You’ve had moments of joy in between discomfort.

You’re going to have some hard days and some days will be harder than today.

But you have a sweet, tender heart to sustain you.

You have amazing friends to encourage you.

And you have a mom who will cry right along with you (especially when you need a moment to lay beside the grave and say good bye to your little dwarf hamster friend before bed…and I watch you through the closed door weeping within).

I’m here right with you, buddy.

Always.

Gratitude

I sort of missed a posting last week. I did have good intentions, but exhaustion hit Sunday evening after staying up most of Friday night (and sleeping on a thin mat) in preparation for a yard sale Saturday morning. Then the fuzzy throat hit Monday morning and by Tuesday afternoon, I declared myself sick with strep (symptoms + nephew and neighbor positive for strep) and called in some antibiotics. (Sometimes that degree is really helpful since the leftover amoxicillin that I found in the cupboard was dated 2013. Probably too old, I surmised.)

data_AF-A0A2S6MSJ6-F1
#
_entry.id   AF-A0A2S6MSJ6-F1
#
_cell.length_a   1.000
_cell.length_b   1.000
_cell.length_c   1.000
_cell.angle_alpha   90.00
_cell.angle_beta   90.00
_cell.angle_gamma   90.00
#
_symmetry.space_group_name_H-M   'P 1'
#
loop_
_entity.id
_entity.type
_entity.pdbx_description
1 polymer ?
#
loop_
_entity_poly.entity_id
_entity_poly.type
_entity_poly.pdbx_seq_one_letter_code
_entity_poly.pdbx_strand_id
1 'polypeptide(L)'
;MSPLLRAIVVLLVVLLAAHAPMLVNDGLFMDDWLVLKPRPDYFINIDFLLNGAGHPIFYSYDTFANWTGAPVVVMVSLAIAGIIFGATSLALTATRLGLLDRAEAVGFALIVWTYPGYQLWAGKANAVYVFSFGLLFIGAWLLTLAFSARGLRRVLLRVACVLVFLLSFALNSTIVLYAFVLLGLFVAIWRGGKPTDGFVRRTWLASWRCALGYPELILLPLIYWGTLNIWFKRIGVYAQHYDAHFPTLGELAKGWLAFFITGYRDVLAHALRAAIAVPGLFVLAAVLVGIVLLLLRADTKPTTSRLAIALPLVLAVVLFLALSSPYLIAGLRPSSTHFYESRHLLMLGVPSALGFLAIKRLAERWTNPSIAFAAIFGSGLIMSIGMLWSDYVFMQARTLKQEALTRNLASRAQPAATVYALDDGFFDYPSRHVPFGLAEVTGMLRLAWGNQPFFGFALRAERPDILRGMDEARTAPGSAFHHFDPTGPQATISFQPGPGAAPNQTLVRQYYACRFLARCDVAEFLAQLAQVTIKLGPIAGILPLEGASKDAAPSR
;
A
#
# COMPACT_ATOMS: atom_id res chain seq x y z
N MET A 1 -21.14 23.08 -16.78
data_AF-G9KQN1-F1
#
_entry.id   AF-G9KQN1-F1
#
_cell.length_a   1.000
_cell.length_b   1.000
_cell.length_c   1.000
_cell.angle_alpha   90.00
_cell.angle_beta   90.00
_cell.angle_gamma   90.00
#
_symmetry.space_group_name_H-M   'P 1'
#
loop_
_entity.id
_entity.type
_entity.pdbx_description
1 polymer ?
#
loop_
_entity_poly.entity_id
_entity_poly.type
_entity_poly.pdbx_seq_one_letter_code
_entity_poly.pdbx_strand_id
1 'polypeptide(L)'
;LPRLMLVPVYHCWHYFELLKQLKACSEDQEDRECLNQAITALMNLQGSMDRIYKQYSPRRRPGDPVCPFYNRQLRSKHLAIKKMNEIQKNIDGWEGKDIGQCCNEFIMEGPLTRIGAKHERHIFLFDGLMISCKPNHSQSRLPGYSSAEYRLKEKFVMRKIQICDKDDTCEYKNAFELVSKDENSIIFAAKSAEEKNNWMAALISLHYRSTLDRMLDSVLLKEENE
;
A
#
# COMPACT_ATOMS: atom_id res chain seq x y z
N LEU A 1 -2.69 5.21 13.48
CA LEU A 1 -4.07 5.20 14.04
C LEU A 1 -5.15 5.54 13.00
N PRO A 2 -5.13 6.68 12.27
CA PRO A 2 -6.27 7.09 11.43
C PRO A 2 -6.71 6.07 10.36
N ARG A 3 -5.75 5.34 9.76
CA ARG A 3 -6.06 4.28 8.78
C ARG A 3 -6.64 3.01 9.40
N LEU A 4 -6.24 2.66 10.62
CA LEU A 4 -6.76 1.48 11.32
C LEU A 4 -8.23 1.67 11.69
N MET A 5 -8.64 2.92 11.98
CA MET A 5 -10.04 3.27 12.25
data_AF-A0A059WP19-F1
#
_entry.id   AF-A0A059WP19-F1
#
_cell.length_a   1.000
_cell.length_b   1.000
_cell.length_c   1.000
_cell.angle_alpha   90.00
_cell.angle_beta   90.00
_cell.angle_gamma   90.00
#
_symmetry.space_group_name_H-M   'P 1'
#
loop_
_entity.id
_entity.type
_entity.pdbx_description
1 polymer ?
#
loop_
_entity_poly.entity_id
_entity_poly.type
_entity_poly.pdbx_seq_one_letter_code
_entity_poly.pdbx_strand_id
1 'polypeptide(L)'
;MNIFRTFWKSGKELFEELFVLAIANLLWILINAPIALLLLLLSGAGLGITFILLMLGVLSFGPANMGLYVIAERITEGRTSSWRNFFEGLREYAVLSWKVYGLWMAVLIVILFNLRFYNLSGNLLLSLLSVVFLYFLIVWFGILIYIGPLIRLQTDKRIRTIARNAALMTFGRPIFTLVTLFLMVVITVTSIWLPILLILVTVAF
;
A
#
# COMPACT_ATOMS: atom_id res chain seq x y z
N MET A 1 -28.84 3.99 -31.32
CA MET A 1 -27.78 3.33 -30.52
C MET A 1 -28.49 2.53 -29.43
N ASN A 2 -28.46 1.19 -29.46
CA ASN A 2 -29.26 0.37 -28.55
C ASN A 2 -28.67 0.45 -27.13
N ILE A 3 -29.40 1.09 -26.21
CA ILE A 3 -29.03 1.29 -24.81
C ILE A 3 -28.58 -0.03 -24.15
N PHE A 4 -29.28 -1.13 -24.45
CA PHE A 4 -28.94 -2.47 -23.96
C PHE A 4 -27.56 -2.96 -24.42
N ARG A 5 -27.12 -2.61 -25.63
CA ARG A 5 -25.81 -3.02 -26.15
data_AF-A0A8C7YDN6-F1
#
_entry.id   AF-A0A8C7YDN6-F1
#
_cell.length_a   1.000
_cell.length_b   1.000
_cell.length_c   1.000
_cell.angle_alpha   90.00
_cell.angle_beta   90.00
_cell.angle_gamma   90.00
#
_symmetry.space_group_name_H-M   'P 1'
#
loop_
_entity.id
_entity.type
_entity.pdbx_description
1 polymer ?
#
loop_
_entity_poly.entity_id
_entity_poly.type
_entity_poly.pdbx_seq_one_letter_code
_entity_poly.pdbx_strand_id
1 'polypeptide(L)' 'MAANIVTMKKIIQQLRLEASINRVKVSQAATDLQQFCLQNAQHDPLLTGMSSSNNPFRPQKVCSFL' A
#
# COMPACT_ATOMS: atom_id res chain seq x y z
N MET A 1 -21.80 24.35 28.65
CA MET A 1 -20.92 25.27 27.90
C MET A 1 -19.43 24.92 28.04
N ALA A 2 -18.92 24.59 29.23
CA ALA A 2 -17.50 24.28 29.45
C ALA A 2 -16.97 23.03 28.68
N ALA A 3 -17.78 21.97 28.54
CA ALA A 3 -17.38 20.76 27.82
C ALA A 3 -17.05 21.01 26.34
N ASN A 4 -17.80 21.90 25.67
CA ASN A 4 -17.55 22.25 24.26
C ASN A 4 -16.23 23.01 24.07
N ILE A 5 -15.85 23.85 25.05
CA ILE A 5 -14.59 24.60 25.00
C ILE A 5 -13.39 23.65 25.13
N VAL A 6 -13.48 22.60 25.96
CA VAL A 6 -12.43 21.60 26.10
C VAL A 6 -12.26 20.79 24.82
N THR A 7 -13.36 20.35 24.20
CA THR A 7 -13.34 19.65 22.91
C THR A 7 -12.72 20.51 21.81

Let me tell you, sick and single parenting is no fun. Just that. No fun. It’s even 50 times less fun when it’s pouring down rain, you are without an umbrella but with two kids in tow and running in and out of the doctor’s office and the pharmacy because the elder child has a sinus infection at the same time.

Somehow, my boys don’t seem to be old enough (or wise enough) yet to know that when Mommy is sick, thou shalt keep the noise level below 115 db, sit nicely and do your homework, and take yourselves upstairs to bed (and NOT require said ill person to sit and read Harry Potter Book 3 to you for just one night. Say “Please, just a few more pages,” as many times as you want, it’s just not going to happen).